Fear has been, and still is, the key tool used against women as a form of oppression, especially in rape or sexual harassment cases. They always blame it on what she is wearing, or staying out late or even putting on a lot of makeup –she’s always the culprit; never the victim.
Living in a male-dominated world, women are considered a minority and often looked down upon –and that’s what Kaouther Ben Hania was trying to address in her film “Beauty and the Dogs”. The story follows Mariam, played by Mariam Al Ferjani, a young student who was raped by policemen after a university party. What started off as a fun party, and selfies with friends, turned into a waking nightmare filled with humiliation and abuse.
The director brilliantly narrated Mariam’s horrific journey to seeking justice, by dividing the film into nine sections captured in a single shot –each ending with a cliffhanger that kept the audience wanting more.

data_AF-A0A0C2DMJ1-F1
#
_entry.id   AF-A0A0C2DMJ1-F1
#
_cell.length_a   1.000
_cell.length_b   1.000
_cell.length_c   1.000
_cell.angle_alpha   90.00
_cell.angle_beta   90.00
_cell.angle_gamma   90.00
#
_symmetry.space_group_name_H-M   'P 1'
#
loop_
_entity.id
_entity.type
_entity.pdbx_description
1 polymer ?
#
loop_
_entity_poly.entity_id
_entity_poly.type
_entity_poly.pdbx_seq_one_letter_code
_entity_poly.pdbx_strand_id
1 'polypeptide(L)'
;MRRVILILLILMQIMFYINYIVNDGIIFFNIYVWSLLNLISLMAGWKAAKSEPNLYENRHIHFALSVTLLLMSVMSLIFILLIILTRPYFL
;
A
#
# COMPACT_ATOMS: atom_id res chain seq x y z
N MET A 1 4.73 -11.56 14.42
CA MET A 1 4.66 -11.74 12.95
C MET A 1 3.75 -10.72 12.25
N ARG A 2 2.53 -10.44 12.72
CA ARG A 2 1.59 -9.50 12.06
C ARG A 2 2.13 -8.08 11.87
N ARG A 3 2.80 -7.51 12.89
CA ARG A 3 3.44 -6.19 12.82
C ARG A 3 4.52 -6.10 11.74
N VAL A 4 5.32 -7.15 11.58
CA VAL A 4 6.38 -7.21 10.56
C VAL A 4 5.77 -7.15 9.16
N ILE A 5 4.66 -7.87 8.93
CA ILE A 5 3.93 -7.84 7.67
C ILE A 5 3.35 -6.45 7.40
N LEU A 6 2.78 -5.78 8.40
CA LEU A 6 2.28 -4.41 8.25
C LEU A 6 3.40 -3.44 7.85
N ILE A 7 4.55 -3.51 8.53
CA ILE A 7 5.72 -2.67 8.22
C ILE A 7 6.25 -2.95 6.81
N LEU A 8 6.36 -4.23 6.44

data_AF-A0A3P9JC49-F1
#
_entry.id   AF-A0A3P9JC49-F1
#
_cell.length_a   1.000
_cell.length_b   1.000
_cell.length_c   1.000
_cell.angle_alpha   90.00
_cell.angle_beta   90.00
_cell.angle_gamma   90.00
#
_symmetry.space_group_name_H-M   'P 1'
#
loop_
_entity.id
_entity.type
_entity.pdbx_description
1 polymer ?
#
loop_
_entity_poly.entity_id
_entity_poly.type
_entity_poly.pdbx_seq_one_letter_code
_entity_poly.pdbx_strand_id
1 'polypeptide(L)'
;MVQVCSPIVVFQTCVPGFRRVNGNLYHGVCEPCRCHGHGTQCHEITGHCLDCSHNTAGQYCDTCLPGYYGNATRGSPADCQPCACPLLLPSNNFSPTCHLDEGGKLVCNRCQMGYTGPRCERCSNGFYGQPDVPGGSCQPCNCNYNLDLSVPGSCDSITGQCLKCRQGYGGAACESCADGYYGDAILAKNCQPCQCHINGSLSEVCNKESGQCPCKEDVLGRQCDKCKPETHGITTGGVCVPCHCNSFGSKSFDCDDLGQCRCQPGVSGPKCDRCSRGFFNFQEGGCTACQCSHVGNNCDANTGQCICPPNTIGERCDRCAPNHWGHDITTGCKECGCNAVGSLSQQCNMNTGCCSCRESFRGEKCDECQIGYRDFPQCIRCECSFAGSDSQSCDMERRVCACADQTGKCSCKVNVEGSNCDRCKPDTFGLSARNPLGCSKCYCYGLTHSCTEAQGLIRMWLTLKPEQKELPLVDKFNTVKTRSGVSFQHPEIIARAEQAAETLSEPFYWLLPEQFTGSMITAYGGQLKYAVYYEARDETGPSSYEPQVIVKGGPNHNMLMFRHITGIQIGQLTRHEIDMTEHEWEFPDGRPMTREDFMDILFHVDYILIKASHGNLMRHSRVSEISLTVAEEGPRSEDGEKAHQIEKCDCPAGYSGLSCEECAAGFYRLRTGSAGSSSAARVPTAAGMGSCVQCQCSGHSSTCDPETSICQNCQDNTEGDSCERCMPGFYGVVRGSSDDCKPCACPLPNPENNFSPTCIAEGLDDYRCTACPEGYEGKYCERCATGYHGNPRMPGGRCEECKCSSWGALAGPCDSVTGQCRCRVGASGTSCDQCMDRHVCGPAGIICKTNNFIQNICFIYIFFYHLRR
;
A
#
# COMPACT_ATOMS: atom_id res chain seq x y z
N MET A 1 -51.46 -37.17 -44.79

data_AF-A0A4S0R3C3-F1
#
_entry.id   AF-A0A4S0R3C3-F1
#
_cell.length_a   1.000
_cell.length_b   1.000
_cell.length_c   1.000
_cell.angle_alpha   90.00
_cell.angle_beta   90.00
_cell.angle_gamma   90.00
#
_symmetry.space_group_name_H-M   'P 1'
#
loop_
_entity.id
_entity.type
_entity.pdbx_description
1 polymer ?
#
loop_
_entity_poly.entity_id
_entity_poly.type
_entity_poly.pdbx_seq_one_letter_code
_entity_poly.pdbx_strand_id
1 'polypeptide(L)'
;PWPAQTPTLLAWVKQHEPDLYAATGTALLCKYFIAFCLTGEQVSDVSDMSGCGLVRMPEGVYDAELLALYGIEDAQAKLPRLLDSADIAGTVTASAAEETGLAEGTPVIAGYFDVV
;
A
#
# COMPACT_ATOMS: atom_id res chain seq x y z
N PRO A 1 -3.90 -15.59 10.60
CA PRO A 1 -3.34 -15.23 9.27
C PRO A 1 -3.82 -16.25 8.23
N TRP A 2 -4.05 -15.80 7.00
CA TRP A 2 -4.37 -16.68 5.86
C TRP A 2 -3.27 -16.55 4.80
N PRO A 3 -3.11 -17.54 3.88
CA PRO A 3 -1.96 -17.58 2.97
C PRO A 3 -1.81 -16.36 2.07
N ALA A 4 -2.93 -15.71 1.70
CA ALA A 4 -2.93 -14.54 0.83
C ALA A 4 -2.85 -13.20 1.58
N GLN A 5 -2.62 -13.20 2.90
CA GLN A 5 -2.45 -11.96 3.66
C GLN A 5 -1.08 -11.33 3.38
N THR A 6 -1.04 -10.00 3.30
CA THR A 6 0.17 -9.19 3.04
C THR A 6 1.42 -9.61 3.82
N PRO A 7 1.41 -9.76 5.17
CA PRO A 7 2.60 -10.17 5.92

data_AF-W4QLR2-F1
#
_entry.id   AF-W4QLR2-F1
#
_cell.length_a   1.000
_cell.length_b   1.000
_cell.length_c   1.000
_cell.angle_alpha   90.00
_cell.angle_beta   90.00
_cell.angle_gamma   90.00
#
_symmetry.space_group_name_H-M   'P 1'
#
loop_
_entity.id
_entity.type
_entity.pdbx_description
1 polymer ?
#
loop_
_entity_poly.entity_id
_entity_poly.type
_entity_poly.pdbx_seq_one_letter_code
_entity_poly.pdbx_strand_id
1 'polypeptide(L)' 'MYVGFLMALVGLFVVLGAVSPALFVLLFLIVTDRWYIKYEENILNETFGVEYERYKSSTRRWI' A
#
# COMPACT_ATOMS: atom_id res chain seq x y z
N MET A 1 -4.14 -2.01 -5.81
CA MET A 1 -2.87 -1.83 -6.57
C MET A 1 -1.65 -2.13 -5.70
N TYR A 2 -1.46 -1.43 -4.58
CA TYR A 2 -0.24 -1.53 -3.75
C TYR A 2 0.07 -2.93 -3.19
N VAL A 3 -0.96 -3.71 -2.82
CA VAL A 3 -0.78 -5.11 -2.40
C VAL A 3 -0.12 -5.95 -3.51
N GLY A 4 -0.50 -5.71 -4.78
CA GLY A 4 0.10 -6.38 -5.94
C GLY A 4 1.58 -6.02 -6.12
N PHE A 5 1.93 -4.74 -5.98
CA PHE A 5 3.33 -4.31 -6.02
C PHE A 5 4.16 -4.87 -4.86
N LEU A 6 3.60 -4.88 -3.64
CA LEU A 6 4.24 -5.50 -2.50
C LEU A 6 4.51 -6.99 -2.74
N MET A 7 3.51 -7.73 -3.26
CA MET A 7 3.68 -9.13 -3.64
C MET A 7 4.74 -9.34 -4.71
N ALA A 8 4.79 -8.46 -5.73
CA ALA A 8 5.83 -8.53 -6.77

Throughout the film we rally behind Mariam and Youssef, a man she met at the party played by Ghanem Zrelli, as she is forced to go from one police station to the other trying to document her rape. Mariam has to endure the dirty, judgemental looks that rose from what she was wearing, and Youssef accompanying her. Shamefully, Mariam was struggling like any woman in her place: either she pretends nothing happened to retain her “dignity”, or risks being looked at as a whore for fighting back.
“Beauty and the Dogs” witnesses a great performance from Mariam Al Ferjani, proving that she is a gifted actress by capturing the essence of her character and delivering a jaw-dropping performance. She cleverly transitioned from a young girl having fun, to a damaged and scared woman fighting for her rights.
People might call this a feminist movie, but it’s simply a movie about humanity and living your life with dignity.
“Beauty and the Dogs” was part of the thirty four Arabic films selected to screen in Cairo Cinema Days Festival organized by Zawya Cinema Cairo.